That tendency towards classicism and tradition was always present in Strauss’ music, evidenced by these two pieces which were written before his 30th birthday. Bellincampi feels that it’s that deep love for tradition that makes Strauss so beloved by musicians.

‘Although he doesn't write a Classical symphony as such, you can sense his love for Mozart, for instance, all the time,’ he says. ‘His way of writing a Don Juan serenade for harp and oboe here is very much linked, in my opinion, to the Mozart Don Giovanni serenade with the mandolin.’

The other aspect of Strauss’ work that musicians love is the richness of it: the texture of the sounds he conjures, and the way he knows exactly how to extract everything from an orchestra. ‘He's just all over the top with everything,’ says Bellincampi with a smile. ‘Harmonies, instrumentation, dynamics, form, everything. He kind of he goes to the boundaries of everything all the time.’

These two pieces by Strauss also include great riches for the audience in that they tell a story through music – a style known as ‘program music’ that was a major feature of the late 19th century, with Strauss in particular celebrated for his programmatic works.

At the time the idea was hugely controversial, and factions formed among those who saw program music as a logical evolution of music, and others who believed that purely abstract music was the only acceptable form.

‘The accessibility of program music is that it gives you a sense of grabbing something that you can listen to,’ says Bellincampi.

‘Here we have stories. We have basically, like in a theatre play or film score or something, you have a story that goes with it. The superficial part of it is that the effects of the music, the feelings that are in the music, are also described by words – which somehow can make it easier for us to listen to, like, “Oh, this is depicting this particular situation.”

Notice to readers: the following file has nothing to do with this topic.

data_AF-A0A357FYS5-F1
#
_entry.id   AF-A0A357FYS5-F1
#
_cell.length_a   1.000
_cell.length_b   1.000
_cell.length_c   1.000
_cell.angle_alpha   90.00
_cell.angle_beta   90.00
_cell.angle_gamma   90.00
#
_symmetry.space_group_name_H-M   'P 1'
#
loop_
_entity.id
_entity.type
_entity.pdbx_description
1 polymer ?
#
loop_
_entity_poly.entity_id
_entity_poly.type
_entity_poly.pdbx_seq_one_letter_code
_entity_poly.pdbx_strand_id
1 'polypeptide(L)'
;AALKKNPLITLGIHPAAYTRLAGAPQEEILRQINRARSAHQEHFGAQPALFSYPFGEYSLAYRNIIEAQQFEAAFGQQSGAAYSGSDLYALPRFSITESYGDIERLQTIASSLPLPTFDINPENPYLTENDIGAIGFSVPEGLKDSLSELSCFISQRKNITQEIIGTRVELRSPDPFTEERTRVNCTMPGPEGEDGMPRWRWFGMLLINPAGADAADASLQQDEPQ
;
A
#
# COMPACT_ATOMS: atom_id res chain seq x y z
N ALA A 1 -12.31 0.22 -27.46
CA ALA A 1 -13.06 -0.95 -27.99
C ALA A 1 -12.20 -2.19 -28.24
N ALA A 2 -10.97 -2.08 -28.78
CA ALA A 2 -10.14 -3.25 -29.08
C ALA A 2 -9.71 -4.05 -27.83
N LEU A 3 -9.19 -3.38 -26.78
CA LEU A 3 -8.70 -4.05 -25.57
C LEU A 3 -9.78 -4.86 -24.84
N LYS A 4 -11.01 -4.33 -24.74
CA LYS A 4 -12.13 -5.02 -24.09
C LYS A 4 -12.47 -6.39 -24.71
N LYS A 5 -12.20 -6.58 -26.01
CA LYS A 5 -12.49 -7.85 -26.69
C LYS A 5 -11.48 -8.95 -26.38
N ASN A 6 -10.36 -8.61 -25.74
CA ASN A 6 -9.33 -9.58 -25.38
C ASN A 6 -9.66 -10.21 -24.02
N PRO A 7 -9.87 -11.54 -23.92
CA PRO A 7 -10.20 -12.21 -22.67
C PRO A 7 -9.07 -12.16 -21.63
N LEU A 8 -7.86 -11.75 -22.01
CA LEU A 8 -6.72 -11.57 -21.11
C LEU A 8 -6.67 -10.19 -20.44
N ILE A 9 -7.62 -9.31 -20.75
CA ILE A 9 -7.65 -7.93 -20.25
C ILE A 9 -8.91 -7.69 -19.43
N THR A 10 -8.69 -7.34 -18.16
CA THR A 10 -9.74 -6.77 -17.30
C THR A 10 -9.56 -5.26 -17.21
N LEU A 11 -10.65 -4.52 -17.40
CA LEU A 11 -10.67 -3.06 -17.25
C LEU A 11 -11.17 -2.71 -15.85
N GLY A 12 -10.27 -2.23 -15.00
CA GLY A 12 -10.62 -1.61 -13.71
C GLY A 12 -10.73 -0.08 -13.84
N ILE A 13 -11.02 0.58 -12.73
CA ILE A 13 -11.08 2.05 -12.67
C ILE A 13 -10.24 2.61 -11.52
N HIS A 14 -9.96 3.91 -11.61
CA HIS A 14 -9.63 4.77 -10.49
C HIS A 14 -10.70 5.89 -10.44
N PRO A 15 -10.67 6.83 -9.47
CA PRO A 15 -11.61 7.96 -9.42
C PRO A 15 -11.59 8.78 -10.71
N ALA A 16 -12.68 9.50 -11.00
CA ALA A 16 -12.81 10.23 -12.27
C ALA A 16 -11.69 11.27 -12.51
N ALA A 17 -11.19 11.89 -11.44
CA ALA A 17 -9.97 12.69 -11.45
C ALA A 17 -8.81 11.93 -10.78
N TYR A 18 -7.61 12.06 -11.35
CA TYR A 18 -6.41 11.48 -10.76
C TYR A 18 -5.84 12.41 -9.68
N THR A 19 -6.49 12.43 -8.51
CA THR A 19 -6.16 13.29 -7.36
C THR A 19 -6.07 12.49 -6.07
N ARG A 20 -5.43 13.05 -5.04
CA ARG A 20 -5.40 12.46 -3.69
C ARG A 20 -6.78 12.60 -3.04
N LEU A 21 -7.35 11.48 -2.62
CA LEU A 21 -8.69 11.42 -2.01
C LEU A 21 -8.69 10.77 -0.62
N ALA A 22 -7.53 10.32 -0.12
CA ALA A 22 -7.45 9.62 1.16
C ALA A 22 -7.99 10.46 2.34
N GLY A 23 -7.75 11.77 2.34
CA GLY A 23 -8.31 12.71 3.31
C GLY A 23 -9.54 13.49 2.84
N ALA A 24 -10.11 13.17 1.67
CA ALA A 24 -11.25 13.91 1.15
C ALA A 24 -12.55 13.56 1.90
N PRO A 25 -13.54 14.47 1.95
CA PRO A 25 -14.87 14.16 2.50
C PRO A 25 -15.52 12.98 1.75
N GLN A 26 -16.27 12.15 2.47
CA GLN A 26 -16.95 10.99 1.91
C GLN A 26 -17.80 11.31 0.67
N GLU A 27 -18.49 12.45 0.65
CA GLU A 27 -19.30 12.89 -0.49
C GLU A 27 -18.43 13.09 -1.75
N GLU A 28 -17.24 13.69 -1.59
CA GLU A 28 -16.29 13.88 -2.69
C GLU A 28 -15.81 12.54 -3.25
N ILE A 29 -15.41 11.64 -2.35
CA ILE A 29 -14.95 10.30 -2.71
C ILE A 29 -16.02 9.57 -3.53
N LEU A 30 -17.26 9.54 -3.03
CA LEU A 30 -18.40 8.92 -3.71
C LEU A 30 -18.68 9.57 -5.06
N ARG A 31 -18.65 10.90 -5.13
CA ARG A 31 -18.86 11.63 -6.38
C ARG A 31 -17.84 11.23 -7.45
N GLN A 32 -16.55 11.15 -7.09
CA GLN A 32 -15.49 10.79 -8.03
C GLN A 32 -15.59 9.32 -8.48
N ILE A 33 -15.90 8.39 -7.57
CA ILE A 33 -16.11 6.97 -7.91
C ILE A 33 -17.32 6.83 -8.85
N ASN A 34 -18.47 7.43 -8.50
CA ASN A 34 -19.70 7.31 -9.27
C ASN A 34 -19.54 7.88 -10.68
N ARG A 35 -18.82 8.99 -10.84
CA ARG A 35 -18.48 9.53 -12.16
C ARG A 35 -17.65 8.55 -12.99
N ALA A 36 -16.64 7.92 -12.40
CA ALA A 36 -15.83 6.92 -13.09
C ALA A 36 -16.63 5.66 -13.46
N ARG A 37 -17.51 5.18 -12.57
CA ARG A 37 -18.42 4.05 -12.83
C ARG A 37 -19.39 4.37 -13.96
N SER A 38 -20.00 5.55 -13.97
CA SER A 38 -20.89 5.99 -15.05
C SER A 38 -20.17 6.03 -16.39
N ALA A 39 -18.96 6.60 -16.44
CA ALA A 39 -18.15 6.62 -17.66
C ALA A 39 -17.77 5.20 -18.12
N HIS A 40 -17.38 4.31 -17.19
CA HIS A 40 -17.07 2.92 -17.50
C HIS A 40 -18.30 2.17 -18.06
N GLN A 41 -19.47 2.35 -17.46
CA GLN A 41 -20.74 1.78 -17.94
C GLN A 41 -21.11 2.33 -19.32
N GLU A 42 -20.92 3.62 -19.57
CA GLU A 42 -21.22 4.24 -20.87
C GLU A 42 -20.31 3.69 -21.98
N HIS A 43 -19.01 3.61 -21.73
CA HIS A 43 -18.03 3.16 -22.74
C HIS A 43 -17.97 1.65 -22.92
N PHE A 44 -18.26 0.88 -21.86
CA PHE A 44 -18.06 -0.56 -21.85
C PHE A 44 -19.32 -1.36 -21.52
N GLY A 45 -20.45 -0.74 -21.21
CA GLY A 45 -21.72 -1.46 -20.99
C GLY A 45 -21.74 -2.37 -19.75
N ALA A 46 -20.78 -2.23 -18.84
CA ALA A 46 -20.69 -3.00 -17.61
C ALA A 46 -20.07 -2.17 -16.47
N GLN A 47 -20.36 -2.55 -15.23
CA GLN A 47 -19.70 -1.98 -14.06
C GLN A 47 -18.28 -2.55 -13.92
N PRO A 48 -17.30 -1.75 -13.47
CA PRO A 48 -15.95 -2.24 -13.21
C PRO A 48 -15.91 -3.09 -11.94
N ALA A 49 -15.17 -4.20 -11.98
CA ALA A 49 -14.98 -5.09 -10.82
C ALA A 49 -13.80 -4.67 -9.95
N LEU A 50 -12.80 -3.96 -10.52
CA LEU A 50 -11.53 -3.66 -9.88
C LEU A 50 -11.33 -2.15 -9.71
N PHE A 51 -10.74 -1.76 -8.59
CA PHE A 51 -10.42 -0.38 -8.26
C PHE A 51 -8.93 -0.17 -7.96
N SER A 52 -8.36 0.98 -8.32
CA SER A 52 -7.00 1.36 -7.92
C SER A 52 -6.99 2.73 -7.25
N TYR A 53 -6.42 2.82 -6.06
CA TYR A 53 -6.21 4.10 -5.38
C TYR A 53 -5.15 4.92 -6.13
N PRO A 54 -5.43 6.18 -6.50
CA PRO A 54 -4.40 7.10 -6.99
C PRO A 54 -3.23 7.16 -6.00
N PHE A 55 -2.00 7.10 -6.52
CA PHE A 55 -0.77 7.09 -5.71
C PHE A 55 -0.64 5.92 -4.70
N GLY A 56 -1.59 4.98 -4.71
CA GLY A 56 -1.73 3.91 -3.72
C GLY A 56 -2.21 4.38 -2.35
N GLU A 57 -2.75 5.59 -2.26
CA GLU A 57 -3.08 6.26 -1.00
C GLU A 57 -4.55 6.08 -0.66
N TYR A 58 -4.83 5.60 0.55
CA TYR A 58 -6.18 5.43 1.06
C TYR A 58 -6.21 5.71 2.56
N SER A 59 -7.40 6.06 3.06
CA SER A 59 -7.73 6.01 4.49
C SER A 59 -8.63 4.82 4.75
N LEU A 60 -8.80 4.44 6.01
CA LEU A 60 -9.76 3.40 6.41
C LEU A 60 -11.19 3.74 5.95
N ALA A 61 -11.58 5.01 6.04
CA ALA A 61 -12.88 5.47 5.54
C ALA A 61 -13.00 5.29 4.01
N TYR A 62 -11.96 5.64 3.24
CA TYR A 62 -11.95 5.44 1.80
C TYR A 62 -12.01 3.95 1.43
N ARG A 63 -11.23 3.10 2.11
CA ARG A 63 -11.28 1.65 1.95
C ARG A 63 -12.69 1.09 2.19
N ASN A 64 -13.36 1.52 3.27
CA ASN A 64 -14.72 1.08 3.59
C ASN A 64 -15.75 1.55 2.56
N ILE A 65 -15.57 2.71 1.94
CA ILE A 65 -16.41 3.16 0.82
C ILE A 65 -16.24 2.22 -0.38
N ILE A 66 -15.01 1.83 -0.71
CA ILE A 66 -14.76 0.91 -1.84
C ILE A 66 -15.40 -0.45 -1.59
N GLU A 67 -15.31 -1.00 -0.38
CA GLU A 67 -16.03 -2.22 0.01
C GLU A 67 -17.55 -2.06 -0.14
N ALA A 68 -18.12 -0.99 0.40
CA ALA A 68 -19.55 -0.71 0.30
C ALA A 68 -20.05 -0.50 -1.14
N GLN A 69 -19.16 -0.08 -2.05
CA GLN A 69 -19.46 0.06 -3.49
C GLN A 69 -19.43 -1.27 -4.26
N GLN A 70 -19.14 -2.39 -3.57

‘But the really good program music actually gives you many other layers to listen to. And, you can have all symbolic layers into it. A storm can be a storm, but it can also be an inner storm or a love scene. You could have a love scene full of joy and hope, but it can also be a love scene full of despair because this will end badly, you know?

‘Sometimes it can be better not to know what the music is about, even in program music, and to make your own picture about what this is. Because you can listen to Don Juan and then you get a completely different story in your mind. And that's also fine! There's no right or wrong, it's not like, “Oh, you have to be able to hear something specific.” But of course it has an immediate impact, to know the story or the poem behind some specific program music.

Richard Strauss in 1888, the year he composed Don Juan.

Before we wrap up, I ask Bellincampi what it is that he is most excited by in this concert. I expect him to say something personal – perhaps about debuting in Sydney or performing with Melnikov – or about the joy he derives from performing and conducting these pieces of music. But his answer is entirely focused on the audience.

‘From a very, very basic perspective as an audience member, it's simply exciting music,’ he says with a smile. ‘There's a lot there's a lot of excitement in this program, which means that you can walk in and you can really enjoy what all these players are actually able to do at the same time. It seems banal, but the artistry part of going to an event, I think is also important.

‘You simply go there and say, “Whoa, that's really something!” And, and there are plenty of occasions in this program to, to really enjoy that.’